Jelly, jelly so fine

Sunday, May 24, 2009

Purple People

One of the great joys of my life was coming of age in New York City during a very fertile and infectious time. The late sixties and early seventies bestowed treasures beyond measure on an impressionable young man newly located in the lower east side of Manhattan.

I lived at 330 Third Ave. On the second floor. A mural of a fat woman was painted on the wall of our apartment and traveled across half the ceiling. It could be seen from the street. Wonder if it's still there?

I would walk for miles and hours through the various villages surrounding my apartment. My favorite street was St. Marks Place in the East Village. Grizzly Furs, Naked Grape, Different Drummer, Electric Circus. Scads of head shops selling patches and patchouli along with the latest revolutionary broadsides. The Fillmore East was on its last legs and action was moving over to the seedy Academy of Music. The East Village was always much more primal than its western kin.

Sages of all stripes and colors abounded. Purveyors of potions and four ways and double domes could be found on various corners and the world was full of great mystery. Hippiedom was still fully a flower and we were ready to sail off the planet into the next incarnation.

Often I would walk down to Washington Square Park. It was not creepy then, instead it offered some of the greatest street musicians I have ever heard, from beebop to bluegrass. Crazy philosophers and poets stood on soapboxes and traded barbs with marxist revolutionaries and yippies and zippies. I got turned on to the sport of freestyle frisbee and the Washington Square Wizards were magical practitioners. Old men played chess, women walked their strollers. This is long before crack. Things were pretty safe.

I would often head uptown to the park. Bethesda Fountain was another epicenter. Huge conga circles. Hippie Central. Butterfield would show up once in a while at the bandshell as would other great musicians. Saw Quicksilver at Schafer which became the Dr. Pepper Music Series. Near riot when they sprayed the crowd watching the show for free with tear gas at a Roberta Flack concert and five thousand people ran en masse for Central Park South. The cool, slightly older hippies playing disc at Sheeps Meadow became role models. Allen Sunshine (later recreated as Tex), Indian, Mountain, JC, Douglas Monroe, Paul, Richie, Tad and Joe Sap offered me a paradigm into a slightly twisted but extremely fun lifestyle.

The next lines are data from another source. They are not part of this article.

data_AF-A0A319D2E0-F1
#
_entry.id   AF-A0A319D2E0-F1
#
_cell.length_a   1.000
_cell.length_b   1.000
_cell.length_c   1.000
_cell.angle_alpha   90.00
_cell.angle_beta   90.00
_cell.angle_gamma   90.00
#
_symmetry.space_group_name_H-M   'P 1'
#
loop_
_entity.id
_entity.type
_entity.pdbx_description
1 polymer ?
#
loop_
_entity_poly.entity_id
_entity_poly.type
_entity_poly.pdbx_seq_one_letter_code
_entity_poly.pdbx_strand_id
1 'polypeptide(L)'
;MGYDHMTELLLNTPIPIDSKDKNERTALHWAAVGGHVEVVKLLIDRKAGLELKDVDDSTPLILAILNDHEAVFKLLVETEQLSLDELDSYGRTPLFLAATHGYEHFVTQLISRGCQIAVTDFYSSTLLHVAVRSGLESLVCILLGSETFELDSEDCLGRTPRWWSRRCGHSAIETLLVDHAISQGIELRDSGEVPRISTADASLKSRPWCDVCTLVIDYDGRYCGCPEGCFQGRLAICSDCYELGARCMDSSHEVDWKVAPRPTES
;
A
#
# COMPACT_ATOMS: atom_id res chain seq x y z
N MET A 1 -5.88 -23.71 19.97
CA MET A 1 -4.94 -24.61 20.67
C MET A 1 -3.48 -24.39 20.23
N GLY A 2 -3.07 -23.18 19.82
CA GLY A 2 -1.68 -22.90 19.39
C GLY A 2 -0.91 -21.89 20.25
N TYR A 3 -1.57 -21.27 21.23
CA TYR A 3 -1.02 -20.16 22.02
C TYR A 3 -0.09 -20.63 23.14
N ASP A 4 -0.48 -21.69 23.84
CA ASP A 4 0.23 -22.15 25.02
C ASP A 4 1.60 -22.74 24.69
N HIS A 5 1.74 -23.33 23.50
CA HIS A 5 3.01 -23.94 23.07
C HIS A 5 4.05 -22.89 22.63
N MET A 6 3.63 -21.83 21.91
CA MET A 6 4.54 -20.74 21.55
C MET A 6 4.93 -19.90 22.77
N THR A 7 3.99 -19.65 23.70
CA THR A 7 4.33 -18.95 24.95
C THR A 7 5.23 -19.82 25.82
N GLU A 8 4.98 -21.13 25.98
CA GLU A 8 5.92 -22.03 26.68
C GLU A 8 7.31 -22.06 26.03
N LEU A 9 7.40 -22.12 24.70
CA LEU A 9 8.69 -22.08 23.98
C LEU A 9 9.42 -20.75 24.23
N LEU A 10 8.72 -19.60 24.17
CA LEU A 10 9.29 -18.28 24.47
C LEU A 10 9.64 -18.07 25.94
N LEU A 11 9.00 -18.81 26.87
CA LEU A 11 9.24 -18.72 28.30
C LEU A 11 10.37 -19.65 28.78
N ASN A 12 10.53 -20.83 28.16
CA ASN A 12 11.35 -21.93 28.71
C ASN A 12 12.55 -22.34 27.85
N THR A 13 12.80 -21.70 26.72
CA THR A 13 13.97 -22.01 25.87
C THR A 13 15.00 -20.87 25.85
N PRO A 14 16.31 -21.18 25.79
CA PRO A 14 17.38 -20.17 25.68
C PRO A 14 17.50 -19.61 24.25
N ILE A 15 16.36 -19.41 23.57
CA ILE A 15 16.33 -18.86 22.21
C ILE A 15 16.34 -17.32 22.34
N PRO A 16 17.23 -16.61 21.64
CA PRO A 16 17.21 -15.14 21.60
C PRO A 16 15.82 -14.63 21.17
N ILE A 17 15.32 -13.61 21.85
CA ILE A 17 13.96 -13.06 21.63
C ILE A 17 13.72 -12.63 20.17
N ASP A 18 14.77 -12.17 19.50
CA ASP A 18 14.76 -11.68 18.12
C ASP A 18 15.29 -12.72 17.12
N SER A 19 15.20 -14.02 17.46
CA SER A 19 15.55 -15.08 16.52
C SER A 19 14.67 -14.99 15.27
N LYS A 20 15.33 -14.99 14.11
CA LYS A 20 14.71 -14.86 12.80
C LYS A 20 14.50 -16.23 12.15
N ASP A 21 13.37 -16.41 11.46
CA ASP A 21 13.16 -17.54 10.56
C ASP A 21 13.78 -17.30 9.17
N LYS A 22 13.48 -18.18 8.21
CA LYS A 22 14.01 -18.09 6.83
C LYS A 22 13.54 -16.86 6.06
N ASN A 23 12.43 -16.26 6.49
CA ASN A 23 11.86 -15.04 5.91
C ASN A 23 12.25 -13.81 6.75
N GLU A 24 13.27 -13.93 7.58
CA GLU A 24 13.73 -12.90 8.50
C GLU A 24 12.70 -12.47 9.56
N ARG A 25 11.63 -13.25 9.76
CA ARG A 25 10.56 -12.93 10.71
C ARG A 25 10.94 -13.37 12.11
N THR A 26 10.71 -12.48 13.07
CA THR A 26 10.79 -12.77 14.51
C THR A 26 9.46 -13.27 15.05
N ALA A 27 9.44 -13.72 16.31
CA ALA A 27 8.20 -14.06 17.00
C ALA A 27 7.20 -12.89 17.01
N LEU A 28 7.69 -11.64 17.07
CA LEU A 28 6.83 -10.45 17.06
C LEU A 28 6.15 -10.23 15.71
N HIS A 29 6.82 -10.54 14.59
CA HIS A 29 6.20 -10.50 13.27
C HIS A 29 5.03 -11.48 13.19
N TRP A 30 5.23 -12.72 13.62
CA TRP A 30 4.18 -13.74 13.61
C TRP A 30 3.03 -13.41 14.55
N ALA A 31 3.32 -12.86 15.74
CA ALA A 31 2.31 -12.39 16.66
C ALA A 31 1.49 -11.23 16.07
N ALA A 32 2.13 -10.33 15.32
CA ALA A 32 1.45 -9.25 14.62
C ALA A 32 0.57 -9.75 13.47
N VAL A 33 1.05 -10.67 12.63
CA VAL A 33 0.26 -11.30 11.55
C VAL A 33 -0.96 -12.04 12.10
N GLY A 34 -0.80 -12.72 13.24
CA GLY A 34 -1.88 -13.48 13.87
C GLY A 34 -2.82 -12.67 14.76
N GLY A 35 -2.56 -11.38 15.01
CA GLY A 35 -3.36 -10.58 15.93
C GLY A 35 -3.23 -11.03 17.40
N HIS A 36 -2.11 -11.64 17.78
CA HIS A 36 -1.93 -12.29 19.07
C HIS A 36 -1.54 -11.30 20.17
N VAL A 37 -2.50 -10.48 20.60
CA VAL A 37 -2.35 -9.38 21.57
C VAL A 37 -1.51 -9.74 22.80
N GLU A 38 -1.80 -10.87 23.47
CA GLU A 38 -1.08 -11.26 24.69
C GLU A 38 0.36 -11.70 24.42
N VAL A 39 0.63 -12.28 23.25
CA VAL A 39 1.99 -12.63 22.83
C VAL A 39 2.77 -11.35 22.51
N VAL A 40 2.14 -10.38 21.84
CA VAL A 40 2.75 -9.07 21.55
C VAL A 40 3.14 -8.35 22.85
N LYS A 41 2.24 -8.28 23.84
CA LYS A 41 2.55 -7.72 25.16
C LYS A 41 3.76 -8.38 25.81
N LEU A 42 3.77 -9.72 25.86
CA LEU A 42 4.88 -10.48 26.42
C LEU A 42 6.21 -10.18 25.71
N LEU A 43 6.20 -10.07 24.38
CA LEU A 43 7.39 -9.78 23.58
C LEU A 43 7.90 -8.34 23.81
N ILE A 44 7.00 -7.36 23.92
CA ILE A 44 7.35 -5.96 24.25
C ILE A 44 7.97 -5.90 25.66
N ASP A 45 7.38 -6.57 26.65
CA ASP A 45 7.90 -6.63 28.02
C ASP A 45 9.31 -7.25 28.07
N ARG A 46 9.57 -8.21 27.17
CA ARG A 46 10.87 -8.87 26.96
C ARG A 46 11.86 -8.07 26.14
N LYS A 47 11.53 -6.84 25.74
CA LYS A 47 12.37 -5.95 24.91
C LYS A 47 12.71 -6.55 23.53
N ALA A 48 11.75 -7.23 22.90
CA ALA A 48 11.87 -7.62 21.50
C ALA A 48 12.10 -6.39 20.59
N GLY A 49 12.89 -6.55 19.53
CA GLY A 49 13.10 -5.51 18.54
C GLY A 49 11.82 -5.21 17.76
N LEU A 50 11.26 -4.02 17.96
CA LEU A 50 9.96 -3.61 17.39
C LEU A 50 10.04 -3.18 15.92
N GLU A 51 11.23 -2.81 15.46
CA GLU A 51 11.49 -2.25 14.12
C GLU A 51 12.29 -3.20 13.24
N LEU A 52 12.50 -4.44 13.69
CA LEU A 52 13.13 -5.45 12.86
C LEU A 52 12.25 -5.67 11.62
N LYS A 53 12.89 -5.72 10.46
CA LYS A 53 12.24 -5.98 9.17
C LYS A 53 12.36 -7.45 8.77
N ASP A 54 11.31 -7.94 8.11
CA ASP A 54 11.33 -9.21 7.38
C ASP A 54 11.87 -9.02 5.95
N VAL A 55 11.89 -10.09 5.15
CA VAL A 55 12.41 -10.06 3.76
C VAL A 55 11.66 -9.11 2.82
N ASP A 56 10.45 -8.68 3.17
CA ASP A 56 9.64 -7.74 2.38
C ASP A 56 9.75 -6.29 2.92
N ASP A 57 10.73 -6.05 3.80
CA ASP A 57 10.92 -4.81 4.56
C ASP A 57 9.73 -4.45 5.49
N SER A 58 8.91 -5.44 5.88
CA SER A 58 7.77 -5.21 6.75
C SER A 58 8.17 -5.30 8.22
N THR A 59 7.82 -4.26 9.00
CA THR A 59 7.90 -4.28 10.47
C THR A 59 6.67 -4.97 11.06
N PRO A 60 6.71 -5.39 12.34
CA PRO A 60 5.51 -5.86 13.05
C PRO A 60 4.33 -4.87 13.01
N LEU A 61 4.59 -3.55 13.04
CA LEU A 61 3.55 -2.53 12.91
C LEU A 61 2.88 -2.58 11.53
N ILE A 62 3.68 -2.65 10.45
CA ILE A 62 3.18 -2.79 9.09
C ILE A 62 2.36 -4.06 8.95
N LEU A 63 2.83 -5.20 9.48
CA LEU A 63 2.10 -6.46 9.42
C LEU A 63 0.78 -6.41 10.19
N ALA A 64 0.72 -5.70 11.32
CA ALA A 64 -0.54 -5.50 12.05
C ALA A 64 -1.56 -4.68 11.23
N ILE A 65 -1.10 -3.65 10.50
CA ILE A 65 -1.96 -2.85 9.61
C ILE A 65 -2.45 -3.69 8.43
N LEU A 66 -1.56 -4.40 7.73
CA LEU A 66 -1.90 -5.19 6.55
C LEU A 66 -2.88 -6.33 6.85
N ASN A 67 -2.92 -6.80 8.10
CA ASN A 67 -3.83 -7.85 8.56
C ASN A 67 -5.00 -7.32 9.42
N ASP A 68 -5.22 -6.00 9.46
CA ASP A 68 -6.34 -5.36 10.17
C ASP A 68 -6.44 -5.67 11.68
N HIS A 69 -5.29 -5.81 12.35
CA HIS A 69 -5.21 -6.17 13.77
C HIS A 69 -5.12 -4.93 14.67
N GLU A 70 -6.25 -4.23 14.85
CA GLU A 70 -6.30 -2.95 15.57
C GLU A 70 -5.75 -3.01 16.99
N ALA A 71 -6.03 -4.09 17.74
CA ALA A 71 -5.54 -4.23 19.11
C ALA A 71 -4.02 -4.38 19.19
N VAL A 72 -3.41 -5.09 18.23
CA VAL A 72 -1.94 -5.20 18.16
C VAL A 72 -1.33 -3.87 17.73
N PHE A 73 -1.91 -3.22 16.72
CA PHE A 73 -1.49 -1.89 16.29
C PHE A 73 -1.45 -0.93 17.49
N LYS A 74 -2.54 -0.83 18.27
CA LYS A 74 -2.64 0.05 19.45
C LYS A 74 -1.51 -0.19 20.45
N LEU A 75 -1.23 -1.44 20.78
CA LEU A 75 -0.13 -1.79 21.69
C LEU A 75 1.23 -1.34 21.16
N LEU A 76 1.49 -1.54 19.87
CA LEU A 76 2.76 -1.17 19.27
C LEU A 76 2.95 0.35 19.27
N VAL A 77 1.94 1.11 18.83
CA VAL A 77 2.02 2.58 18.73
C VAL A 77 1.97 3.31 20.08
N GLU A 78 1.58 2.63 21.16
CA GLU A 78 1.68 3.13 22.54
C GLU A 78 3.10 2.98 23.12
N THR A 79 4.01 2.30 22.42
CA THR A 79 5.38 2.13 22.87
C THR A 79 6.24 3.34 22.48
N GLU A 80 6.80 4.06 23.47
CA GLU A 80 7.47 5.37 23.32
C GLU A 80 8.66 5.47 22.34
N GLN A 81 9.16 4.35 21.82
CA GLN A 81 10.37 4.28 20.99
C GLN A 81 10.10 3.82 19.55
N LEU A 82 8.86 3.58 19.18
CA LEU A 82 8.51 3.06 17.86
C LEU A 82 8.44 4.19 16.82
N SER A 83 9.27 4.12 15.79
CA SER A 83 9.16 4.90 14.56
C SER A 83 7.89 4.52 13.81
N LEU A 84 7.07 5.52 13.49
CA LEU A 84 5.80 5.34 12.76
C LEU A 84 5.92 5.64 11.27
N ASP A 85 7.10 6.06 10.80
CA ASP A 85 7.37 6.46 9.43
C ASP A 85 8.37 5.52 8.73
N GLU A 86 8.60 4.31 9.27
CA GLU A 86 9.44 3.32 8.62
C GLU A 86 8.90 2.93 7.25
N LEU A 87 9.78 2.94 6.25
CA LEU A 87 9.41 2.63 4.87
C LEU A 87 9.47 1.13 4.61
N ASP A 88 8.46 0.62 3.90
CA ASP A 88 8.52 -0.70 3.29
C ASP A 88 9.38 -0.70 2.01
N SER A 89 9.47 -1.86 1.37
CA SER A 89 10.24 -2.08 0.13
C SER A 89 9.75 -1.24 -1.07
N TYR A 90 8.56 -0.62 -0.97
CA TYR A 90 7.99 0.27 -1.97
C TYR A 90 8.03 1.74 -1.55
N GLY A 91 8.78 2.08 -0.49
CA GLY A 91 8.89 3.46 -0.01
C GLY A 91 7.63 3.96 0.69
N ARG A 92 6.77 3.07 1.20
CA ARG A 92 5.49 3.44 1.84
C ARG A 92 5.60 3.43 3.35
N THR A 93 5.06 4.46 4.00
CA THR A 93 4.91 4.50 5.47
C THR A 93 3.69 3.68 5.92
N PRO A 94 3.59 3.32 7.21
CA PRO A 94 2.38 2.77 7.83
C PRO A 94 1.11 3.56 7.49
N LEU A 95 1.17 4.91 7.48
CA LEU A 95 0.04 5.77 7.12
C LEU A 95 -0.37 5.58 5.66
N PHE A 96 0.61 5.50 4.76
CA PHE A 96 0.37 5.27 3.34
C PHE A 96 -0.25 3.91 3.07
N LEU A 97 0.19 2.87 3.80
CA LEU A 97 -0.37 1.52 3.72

One of the more interesting things in New York was the really good graffiti that could be found on occasion. (before Taki 183) And the best I ever saw was always written in tight block letters and signed by a guy named Rev. Les Ego. His work was brilliant and timely. It would show up on the walls, in the subways, at strangely opportune moments. Messages from deep space. Once during a psychedelic excursion, I found a newspaper he created that was probably unreadable in normal consciousness, but was like manna from heaven at that moment to my needy soul. I think it was called zen tences but I may be mistaken.

Later I realized that the author was the strange fellow who would ride around the park dressed in purple with his wife and cats in tow on various trailing wagons. They were named the Purple People. Later I heard that he was instrumental in building community gardens in New York. Adam Purple would follow the horses in the park and collect the manure for his gardens. I didn't know what ever became of him...

It sounds strange now, but to a seeker, at a time of unlimited possibility, every street corner held promise of another teacher. My brother Buzz and I once went to the Academy of Music to see the band Hot Tuna but somehow picked the wrong night. Instead Allen Ginsburg and Ram Dass amongst other westerners in white robes were chanting hare rama and playing their hand cymbals. It seemed forced and bloated and stupid and we left. But on the sidewalk outside was an old black man with a pint of whisky and a harp and he was blowing fire from heaven. The real shit, while the academics and yogis had their little jackoff session. I will never forget that.

Guys like Adam Purple (real name David Wilkie) amaze me. Like a hippie John the Baptist, some people are fated to be ahead of the curve and to provide instruction for those that follow. Guys that traveled the road before there was a roadmap. I don't know why I think of him so many years later but want to extend my thanks for him to the universe. The original Mr. Natural.


Anonymous said...

I still see adam purple around
and at least 1/2 of those people you mentioned are dead:



Anonymous said...

“I was watching T.V.,” I explained, “and a reporter asked you if you were going to fight the city. You said – and this is what sticks with me – you weren’t interested in fighting people, you were interested in enlightening them.” I smiled again.

“Naaaaaaaaah,” Mr. Purple said, waving one hand. “You can’t enlighten people. Forget about it.”

Well then, that’s more like it. When an anomalous strand of experience like the enlightenment business is finally woven into the familiar grim tapestry, I am usually grateful. It makes me feel like life has symmetry, and if it has symmetry then maybe it has a purpose, and if it has a purpose, maybe its purpose is to teach me something. Upon later reflection, I tried to name one person in the last two decades whom I had enlightened. I could think of no one. I wondered if, in 1986, I should have just listened to Ivan Boesky and been done with it, and whether Mr. Purple had given me a new, more useful mantra to carry me through the next twenty years.'

Reminds me of Steve Martin's epiphany in LA Stories.

"Whut's it all mean Mr. Natural?

Don't mean sheeeet"

Ciao, Babe.